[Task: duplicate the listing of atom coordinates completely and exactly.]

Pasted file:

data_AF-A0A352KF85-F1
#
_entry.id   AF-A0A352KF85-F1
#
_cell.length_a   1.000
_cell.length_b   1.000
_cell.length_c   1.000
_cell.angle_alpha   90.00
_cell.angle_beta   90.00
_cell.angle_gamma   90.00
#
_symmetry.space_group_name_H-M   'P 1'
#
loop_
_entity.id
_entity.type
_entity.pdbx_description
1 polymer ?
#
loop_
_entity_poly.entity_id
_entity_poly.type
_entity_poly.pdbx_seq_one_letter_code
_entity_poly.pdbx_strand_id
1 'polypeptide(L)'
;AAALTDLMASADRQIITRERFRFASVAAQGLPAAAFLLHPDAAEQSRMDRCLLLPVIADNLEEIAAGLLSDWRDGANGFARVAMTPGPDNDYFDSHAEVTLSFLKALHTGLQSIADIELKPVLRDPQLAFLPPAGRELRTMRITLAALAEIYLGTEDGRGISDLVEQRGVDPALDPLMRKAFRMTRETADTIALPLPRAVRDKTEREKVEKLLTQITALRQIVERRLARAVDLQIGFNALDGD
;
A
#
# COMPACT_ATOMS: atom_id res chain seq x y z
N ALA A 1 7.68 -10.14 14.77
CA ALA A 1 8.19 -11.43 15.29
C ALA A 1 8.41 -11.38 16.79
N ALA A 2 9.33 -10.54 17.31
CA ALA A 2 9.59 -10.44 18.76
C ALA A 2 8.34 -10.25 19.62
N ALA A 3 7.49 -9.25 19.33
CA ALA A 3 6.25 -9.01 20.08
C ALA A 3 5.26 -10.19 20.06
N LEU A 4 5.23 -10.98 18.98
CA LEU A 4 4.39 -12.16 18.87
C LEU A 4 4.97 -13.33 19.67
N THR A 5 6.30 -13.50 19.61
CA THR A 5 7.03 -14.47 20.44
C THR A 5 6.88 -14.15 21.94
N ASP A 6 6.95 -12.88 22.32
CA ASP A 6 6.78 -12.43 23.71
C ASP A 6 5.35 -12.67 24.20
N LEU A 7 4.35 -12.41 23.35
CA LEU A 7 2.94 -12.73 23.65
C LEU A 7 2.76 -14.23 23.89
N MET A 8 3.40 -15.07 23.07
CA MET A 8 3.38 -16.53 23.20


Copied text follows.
data_AF-A0A352KF85-F1
#
_entry.id   AF-A0A352KF85-F1
#
_cell.length_a   1.000
_cell.length_b   1.000
_cell.length_c   1.000
_cell.angle_alpha   90.00
_cell.angle_beta   90.00
_cell.angle_gamma   90.00
#
_symmetry.space_group_name_H-M   'P 1'
#
loop_
_entity.id
_entity.type
_entity.pdbx_description
1 polymer ?
#
loop_
_entity_poly.entity_id
_entity_poly.type
_entity_poly.pdbx_seq_one_letter_code
_entity_poly.pdbx_strand_id
1 'polypeptide(L)'
;AAALTDLMASADRQIITRERFRFASVAAQGLPAAAFLLHPDAAEQSRMDRCLLLPVIADNLEEIAAGLLSDWRDGANGFARVAMTPGPDNDYFDSHAEVTLSFLKALHTGLQSIADIELKPVLRDPQLAFLPPAGRELRTMRITLAALAEIYLGTEDGRGISDLVEQRGVDPALDPLMRKAFRMTRETADTIALPLPRAVRDKTEREKVEKLLTQITALRQIVERRLARAVDLQIGFNALDGD
;
A
#
# COMPACT_ATOMS: atom_id res chain seq x y z
N ALA A 1 7.68 -10.14 14.77
CA ALA A 1 8.19 -11.43 15.29
C ALA A 1 8.41 -11.38 16.79
N ALA A 2 9.33 -10.54 17.31
CA ALA A 2 9.59 -10.44 18.76
C ALA A 2 8.34 -10.25 19.62
N ALA A 3 7.49 -9.25 19.33
CA ALA A 3 6.25 -9.01 20.08
C ALA A 3 5.26 -10.19 20.06
N LEU A 4 5.23 -10.98 18.98
CA LEU A 4 4.39 -12.16 18.87
C LEU A 4 4.97 -13.33 19.67
N THR A 5 6.30 -13.50 19.61
CA THR A 5 7.03 -14.47 20.44
C THR A 5 6.88 -14.15 21.94
N ASP A 6 6.95 -12.88 22.32
CA ASP A 6 6.78 -12.43 23.71
C ASP A 6 5.35 -12.67 24.20
N LEU A 7 4.35 -12.41 23.35
CA LEU A 7 2.94 -12.73 23.65
C LEU A 7 2.76 -14.23 23.89
N MET A 8 3.40 -15.07 23.07
CA MET A 8 3.38 -16.53 23.20